> custom OVMF file and update your XML, because this code is relying
> on values in the libvirtd.conf configuration file.

If the domain XML spells out both <loader> and <nvram>, then both should
be updated manually by the user (if the VM's old nvram is not compatible
with the new loader). This would include the user either instantiating
the new varstore for the VM, or removing the <nvram> element (so that
the new default template can take effect).

If the domain XML doesn't spell out <nvram> (either genuinely, or
because the user removed that element, see above), then yes, you need to
edit /etc/libvirt/qemu.conf.

I don't see a problem with that. You won't keep installing OVMF_CODE.fd
files in random locations in the host filesystem. You might be
developing OVMF and install various ad-hoc builds, but those would go to
the same location (same pathname), hence it would have to be added only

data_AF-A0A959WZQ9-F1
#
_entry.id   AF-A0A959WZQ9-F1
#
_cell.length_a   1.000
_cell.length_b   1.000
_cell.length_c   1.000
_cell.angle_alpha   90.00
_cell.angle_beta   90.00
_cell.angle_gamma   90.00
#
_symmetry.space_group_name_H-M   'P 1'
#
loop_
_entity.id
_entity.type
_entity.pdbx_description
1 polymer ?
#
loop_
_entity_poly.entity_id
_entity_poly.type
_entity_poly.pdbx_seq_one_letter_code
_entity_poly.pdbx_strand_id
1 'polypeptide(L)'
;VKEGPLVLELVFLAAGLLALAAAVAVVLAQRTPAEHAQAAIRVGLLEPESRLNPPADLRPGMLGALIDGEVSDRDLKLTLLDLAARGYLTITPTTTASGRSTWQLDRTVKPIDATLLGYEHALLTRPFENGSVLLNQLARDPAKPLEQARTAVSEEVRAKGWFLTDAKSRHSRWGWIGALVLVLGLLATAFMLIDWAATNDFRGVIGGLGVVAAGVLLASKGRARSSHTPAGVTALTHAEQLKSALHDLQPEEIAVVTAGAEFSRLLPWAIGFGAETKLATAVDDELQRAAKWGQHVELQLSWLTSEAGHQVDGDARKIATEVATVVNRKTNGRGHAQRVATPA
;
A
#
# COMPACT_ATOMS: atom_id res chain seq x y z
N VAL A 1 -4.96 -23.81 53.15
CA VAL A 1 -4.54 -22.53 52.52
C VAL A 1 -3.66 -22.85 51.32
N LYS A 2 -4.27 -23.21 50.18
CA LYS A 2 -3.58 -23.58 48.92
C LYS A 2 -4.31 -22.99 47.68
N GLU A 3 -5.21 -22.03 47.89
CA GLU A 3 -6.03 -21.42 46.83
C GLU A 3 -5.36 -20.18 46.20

once to the qemu.conf file.

>>> I wonder if we should have explicitly record the "template" in the
>>> XML too. eg
>>>   <loader>...</loader>
>>>   <nvram template="...">...</nvram>
>>> If no template attribute is given, then don't try to automatically
>>> create the nvram file at all.
>> I don't see how this would help with anything. If the template is not
>> provided, then you immediately branch to the failure case that you don't
>> seem to like above (ie. no varstore file exists for the guest).
> It helps because it allows you to setup custom OVMF builds without
> having to edit libvirtd.conf - the information that would go into
> the libvirtd.conf file is instead provided directly in the XML.

That information would only be useful if the <nvram> element had the
@template argument, but no text contents. Meaning for the VM, "create my
personal varstore instance from this template if I lose my personal
varstore instance".

>> And, if the user *wants* to provde a varstore template, then the source
>> of *that* bit of information is precisely the same as the one of the